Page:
Trunks of trees twist amongst stone pillars. Fig, banyan, and kapok trees spread their gigantic roots over, under and in between the stones, probing walls and terraces apart, as their branches and leaves intertwine to form a roof above the structures.
this one has been so overgrown, you can see the beams put inside to reinforce the temple.
By the way, if Ta Prohm looks familiar, it’s because you saw it in Tomb Raider.
Like Ta Prohm, Preah Khan has been largely left unrestored, with numerous trees and other vegetation growing among the ruins.
Because of its natural state, it is possible to experience this temple with some of the wonder of the early explorers when they came upon these monuments in the middle of the19th century.
This has an ethereal aspect and conjures up a romantic aura.
There is an effort here by the World Monument Fund to stabilize this temple from nature, but I say, let nature win. Sure this was constructed in the 12th century, but life cannot exist in a vacuum.
Awww, look at the little munchkin girl!
female monks in an Angkor Wat courtyard, deep in prayer
it felt like a massive intrusion to photograph them but no one protested.
I love how their white garb contrasts with their bronzed skin and the decay of the enveloping temples.
I am a huge fan of bas reliefs (aka carvings on walls) and sculpture when I visit ancient ruins. To me there’s something so ephemeral and yet time-eternal about them. When I touch them, it feels as if I’m touching the hands of the crafters and artisans who carved them 1000 years ago. It’s the purest form of time travel: to touch the beauty created by someone belonging to history. I feel what they felt with my hands, I see what they saw with their eyes, it’s like I’m in on a secret that looks down the spectre of time and still holds true.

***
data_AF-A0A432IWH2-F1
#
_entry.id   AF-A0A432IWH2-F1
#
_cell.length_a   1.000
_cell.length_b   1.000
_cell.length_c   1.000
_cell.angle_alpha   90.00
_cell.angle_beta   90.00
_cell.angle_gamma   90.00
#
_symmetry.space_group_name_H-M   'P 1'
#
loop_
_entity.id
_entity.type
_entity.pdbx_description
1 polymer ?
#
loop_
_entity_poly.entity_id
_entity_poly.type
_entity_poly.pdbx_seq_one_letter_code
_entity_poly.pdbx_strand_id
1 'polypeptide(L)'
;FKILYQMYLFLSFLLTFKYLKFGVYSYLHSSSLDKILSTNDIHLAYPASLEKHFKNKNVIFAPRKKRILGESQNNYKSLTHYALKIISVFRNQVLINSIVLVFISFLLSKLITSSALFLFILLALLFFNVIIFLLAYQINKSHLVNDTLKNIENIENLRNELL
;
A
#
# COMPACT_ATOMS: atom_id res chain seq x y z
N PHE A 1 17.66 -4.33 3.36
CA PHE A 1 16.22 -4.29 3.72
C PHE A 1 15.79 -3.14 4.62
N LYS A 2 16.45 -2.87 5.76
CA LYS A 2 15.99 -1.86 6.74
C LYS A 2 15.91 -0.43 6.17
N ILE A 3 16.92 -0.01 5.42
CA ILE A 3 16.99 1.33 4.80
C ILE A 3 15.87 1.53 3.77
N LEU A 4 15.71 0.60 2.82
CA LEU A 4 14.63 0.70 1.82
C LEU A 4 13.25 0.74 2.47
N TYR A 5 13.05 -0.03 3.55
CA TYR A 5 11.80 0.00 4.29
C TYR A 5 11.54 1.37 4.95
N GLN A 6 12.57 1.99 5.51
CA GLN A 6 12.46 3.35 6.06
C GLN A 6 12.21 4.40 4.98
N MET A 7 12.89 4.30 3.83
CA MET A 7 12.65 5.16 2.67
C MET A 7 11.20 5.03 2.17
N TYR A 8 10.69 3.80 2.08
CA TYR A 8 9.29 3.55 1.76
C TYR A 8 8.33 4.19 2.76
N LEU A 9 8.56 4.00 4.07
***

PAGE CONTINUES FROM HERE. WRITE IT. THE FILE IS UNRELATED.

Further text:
Here’s some of the best bad reliefs and sculptures I found at Angkor Wat and Bayon.
of course, it always tickles my soul when I find some awesome graffiti. This dude defaced the temple way back in 1890 with his name. Today this would be called vandalism and the man would be arrested for ruining an ancient relic. Well it was still an ancient relic in 1890 (the temple dates back to 961 CE), but no one would dare buff this graffiti off. It’s interesting to me how one mans vandalism is another mans treasure.
My treasure. Graffiti FTW!
More Angkor Wattage coming up!
I had to wake up at 4:15am this morning to catch this. It was still under the eerie gauze of night, my only light the stars and moon, which were uncannily bright. The crickets and cicadas screamed in the jungle. I sat there for about 2 hours but it could have been 2 minutes, marvelling at the magnificence of the sky.
Finally dawn broke and it got strangely quiet around me, where only moments before everyone was loudly conversing and slurping strong black coffee. The reds and orange swaths of colour smeared the sky and the 3 mountainous peaks of Angkor Wat began to glow. Illumination. I could imagine this being the 12th century, and the pious mingled with the immoral, each gaining what they needed from each other. Lotus flowers floating in pools of scented oils, artisans chipped and smoothed sandstone into dancing ladies and soldiers wielding steel swords. Snakes coiled around banisters, and the bas reliefs told epic tales of battle and death. Monks in bright orange moved like flocks of birds through the corridors, their leather sandals slapping the stones under their feet, smoothing out the roughness.
The beams of light in the sky were soon submerged under the moving waves of clouds.
And then this drunk girl behind me began to chant, “Gangnam Style! Heyyyy sexy lay-day!”
And it was the 21st century again.
Trust me, my little munchkins, over the next few days I am going to Angkor Wat the sheezee outta you.
But for now, lets wallow in my crapulence.
I have been planking at ancient holy sites throughout my “Situ-Asian”…. no rest for the wicked, and all that.
Kill em with awesome!
More Angkor Wattage to come!
And here I thought I was being all arty and poetic.
I put the “ass” in “Namaste.”
Off to Siem Reap tomorrow for the temples of Angkor Wat!!
When I was still in Koh Phangan, robin and I spent a lot of time on motorbikes, exploring the secluded coves, beaches, lagoons, and random pigs and elephants found on the back roads of the island.